Scottsdale AZ Nov 16 2017 A man suspected of kidnapping a 94-year-old Scottsdale woman was identified by his fingerprints that had been added to a national database after he applied for a security-guard license with the Arizona Department of Public Safety, police say.
According to Scottsdale police, 25-year-old Ian Michael Nielsen’s fingerprints were lifted from a roll of duct tape and the door to the trunk of the woman’s vehicle, where her captor had placed her after binding her wrists and legs and placing tape over her eyes.
The woman suffered a broken sternum, dehydration and other injuries consistent with being bound during the Nov. 7 ordeal, police wrote in Maricopa County Superior Court records.
Court records also indicate Nielsen had served in the Marine Corps and was most recently employed at a security firm out of Scottsdale.
Nielsen was arrested Tuesday, a day after police say the fingerprints at the scene were found to match his fingerprints in the Automated Fingerprint Identification System, a national biometric database used by law enforcement.
Police alleged in court records that Nielsen knocked on the woman’s door at about 6 a.m. Nov. 7 and forced his way inside, knocking her down. He demanded cash and then made her take him to her car, where he drove around as she sat in the backseat, police said.
At one point, he drove to a parking structure at Scottsdale Fashion Square, where he placed her in the trunk of her car and bound her with plastic zip ties from his security job and a roll of duct tape he found in the trunk, court records say.
The woman told police she was in the vehicle for about an hour before she could free herself. The woman was hospitalized for observation.
After his arrest on Tuesday, Nielsen told police he was stressed and experiencing financial troubles due to child-custody payments, court records say. He was most recently staying at a hotel in Phoenix with his girlfriend and told police he had planned to move to Colorado.
During questioning, Nielsen admitted to seeing signs of physical distress from the victim he believed to be those of a stroke or other medical emergency, according to court documents.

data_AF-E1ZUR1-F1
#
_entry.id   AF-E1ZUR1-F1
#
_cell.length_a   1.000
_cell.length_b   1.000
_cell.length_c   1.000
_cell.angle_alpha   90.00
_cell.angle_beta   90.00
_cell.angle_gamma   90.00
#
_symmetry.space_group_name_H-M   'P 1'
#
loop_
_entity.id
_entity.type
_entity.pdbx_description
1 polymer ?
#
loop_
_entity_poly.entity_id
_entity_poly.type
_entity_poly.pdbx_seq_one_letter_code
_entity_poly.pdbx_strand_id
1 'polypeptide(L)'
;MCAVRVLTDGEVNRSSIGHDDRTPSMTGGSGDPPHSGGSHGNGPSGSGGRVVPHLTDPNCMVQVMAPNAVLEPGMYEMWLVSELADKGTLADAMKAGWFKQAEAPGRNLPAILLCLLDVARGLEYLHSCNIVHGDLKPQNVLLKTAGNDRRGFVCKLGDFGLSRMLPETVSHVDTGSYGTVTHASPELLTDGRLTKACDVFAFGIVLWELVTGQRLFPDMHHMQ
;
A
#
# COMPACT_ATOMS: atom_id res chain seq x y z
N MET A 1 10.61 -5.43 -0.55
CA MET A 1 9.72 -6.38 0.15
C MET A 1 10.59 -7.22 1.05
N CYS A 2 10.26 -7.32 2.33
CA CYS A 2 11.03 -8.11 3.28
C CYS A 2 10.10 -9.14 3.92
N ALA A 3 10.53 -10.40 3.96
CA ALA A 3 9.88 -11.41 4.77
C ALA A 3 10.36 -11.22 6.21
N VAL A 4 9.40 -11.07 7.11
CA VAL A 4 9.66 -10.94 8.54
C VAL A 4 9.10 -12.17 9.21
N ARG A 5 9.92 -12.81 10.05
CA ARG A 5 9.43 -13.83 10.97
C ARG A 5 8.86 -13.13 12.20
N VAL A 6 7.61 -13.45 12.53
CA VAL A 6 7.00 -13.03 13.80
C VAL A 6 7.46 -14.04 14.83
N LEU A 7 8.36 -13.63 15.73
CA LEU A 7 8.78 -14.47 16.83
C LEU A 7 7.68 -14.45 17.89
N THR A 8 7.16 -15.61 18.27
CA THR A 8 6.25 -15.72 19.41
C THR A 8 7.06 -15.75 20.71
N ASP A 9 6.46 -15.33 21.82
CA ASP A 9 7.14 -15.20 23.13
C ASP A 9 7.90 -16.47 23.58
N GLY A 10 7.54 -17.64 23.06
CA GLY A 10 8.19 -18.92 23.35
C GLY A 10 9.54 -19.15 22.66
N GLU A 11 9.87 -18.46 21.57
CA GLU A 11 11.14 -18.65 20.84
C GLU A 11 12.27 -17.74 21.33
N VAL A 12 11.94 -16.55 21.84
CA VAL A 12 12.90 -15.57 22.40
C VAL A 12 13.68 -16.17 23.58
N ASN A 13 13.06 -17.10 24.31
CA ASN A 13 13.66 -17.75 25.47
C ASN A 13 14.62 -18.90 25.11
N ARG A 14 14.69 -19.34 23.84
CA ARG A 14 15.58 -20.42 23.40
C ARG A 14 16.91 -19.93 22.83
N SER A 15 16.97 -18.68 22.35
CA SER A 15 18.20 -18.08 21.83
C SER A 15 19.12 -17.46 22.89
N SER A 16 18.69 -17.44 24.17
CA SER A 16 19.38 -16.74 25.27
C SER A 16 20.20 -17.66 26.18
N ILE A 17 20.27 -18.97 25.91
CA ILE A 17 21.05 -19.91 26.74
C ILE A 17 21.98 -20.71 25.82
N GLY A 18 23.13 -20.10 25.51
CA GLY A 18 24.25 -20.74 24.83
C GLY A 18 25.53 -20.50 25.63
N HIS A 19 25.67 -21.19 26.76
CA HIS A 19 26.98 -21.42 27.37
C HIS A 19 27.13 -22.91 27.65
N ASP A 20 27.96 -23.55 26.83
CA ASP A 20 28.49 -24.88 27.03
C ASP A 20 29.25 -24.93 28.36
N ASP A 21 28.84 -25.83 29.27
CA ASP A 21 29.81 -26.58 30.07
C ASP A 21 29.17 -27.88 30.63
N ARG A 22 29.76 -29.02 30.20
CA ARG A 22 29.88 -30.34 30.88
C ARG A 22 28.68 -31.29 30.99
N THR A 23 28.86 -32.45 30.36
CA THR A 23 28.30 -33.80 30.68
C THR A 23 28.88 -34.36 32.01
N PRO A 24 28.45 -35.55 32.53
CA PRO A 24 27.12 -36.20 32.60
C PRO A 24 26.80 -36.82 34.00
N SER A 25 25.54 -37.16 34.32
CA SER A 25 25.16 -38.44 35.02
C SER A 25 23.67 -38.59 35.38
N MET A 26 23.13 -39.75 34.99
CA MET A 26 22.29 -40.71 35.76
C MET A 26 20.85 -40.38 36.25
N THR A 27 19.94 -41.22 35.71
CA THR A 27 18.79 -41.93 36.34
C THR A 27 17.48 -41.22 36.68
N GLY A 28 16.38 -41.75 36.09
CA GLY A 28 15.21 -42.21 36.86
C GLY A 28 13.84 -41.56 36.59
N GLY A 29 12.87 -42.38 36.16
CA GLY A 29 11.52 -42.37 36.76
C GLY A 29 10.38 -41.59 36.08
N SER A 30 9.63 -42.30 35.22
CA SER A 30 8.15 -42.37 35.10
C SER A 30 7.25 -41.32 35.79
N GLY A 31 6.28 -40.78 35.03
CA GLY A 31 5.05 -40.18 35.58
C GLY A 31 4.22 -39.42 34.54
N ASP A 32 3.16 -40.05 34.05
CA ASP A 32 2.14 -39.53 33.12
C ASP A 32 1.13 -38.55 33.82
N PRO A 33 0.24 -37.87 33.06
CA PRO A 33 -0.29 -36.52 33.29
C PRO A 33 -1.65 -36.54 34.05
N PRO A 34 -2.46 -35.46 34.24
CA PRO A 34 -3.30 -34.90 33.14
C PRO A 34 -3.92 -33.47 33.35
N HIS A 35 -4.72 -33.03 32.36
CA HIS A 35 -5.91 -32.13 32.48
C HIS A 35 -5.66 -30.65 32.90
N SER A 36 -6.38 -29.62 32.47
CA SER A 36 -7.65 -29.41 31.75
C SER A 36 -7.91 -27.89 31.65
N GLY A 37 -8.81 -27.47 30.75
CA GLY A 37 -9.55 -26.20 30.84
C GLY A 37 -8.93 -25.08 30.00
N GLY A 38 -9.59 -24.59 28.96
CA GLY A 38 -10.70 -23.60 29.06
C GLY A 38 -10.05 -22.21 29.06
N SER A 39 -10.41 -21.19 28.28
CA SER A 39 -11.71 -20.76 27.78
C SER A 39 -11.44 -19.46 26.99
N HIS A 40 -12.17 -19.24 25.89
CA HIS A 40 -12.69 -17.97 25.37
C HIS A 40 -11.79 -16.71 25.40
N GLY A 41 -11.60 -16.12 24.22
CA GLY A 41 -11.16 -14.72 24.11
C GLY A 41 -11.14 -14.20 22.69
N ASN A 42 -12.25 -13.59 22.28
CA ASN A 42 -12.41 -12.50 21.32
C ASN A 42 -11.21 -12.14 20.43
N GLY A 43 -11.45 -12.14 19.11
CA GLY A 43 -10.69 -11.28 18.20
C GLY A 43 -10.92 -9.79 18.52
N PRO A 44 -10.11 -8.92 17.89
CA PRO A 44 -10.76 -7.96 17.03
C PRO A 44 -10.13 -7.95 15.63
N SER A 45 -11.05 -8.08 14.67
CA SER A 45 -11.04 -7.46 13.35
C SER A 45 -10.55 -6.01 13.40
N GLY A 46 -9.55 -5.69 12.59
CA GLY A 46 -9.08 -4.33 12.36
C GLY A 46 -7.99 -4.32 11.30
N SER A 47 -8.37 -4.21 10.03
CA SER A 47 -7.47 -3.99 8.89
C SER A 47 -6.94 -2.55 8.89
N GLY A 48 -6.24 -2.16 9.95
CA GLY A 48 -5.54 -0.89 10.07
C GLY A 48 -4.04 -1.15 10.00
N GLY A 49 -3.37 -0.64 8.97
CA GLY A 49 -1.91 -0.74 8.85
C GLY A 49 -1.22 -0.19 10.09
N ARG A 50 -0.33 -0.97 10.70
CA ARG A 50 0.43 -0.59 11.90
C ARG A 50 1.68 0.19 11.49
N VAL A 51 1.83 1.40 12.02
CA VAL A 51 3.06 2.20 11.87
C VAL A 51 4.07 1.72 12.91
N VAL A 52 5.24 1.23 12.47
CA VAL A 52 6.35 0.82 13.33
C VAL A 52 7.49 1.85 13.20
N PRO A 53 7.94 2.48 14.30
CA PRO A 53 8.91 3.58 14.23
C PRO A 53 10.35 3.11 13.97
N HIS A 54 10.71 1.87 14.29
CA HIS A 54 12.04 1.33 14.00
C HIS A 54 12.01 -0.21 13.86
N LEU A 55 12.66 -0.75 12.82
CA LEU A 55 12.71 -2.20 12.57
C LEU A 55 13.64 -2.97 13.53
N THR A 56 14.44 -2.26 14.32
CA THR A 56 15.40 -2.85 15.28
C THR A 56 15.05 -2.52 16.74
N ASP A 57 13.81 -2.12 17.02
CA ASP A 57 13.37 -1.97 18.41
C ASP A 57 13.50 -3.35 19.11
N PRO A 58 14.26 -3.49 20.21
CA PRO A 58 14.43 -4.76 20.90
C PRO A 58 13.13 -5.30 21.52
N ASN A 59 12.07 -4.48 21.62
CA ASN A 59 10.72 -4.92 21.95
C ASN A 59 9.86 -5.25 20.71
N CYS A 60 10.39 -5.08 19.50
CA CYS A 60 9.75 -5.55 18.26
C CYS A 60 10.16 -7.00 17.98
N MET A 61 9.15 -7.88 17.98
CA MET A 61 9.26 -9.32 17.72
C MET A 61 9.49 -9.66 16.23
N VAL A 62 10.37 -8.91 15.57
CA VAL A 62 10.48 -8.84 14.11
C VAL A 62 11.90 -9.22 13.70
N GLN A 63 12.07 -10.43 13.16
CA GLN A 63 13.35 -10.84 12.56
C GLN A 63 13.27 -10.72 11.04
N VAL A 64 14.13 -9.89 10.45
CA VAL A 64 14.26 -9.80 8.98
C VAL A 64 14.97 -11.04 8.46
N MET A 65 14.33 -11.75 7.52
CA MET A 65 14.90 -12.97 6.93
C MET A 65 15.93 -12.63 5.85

He had considered driving the victim to the hospital at two different times but never dropped her off, court documents said.
Nielsen admitted that his actions placed the victim’s life in jeopardy due to her age and time left to the conditions inside the vehicle, court documents said.
On Wednesday, a woman representing the security firm where Nielsen most recently worked provided this statement from Alexis Security CEO Michael Flaherty.
“On Tuesday, November 14th our company was made aware by the Scottsdale Police Department that an employee had harmed a person in Scottsdale. The employee was promptly fired. While the person was not working on company time, it was and is conduct outrageously unbecoming of the reputation for integrity and service our company provides. Indeed, we are a veterans focused company and employ many who have served our country. The person in question was recently hired and worked for our company for less than a month. He had not shown up for work since November 9th. Prior to that he told us he had served as a reserve in the Marines from 2010 until 2017, and worked for PRIDE SECURITY LLC here in the Valley from November, 2011 until September, 2017. It was there the former employee received an FBI-approved Guard Card, permitting such work for PRIDE. The former employee passed a through background check, including a drug test, and had no criminal history. “
Nielsen is facing charges of attempted second-degree murder, kidnapping, robbery, second-degree burglary, and theft. A judge set his bond at $1 million.
His next court hearing is scheduled for Nov. 27.